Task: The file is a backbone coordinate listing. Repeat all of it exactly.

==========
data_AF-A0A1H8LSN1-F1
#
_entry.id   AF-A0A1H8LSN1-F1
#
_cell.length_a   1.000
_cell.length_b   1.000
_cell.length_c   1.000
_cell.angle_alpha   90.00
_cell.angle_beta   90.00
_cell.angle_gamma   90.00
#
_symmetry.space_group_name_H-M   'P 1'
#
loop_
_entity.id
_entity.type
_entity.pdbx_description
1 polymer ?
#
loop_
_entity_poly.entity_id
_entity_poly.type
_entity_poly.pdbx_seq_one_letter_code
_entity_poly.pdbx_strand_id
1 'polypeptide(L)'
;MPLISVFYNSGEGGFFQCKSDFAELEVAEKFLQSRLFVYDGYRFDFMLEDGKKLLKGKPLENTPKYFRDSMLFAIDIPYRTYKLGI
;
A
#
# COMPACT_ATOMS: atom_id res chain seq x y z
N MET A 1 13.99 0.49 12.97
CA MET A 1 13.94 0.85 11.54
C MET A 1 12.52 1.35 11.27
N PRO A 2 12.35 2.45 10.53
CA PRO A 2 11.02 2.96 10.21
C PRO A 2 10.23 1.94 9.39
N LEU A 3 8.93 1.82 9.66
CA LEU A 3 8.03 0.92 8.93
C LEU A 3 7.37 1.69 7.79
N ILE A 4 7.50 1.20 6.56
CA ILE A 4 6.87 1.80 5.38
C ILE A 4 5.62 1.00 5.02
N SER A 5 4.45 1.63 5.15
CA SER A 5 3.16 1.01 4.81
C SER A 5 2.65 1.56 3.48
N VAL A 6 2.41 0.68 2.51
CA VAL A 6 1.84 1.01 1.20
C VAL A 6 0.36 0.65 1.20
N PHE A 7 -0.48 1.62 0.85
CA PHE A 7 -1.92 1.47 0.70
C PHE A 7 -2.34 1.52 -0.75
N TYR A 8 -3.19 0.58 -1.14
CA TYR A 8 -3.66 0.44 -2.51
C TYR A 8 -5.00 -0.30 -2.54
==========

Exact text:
data_AF-A0A1H8LSN1-F1
#
_entry.id   AF-A0A1H8LSN1-F1
#
_cell.length_a   1.000
_cell.length_b   1.000
_cell.length_c   1.000
_cell.angle_alpha   90.00
_cell.angle_beta   90.00
_cell.angle_gamma   90.00
#
_symmetry.space_group_name_H-M   'P 1'
#
loop_
_entity.id
_entity.type
_entity.pdbx_description
1 polymer ?
#
loop_
_entity_poly.entity_id
_entity_poly.type
_entity_poly.pdbx_seq_one_letter_code
_entity_poly.pdbx_strand_id
1 'polypeptide(L)'
;MPLISVFYNSGEGGFFQCKSDFAELEVAEKFLQSRLFVYDGYRFDFMLEDGKKLLKGKPLENTPKYFRDSMLFAIDIPYRTYKLGI
;
A
#
# COMPACT_ATOMS: atom_id res chain seq x y z
N MET A 1 13.99 0.49 12.97
CA MET A 1 13.94 0.85 11.54
C MET A 1 12.52 1.35 11.27
N PRO A 2 12.35 2.45 10.53
CA PRO A 2 11.02 2.96 10.21
C PRO A 2 10.23 1.94 9.39
N LEU A 3 8.93 1.82 9.66
CA LEU A 3 8.03 0.92 8.93
C LEU A 3 7.37 1.69 7.79
N ILE A 4 7.50 1.20 6.56
CA ILE A 4 6.87 1.80 5.38
C ILE A 4 5.62 1.00 5.02
N SER A 5 4.45 1.63 5.15
CA SER A 5 3.16 1.01 4.81
C SER A 5 2.65 1.56 3.48
N VAL A 6 2.41 0.68 2.51
CA VAL A 6 1.84 1.01 1.20
C VAL A 6 0.36 0.65 1.20
N PHE A 7 -0.48 1.62 0.85
CA PHE A 7 -1.92 1.47 0.70
C PHE A 7 -2.34 1.52 -0.75
N TYR A 8 -3.19 0.58 -1.14
CA TYR A 8 -3.66 0.44 -2.51
C TYR A 8 -5.00 -0.30 -2.54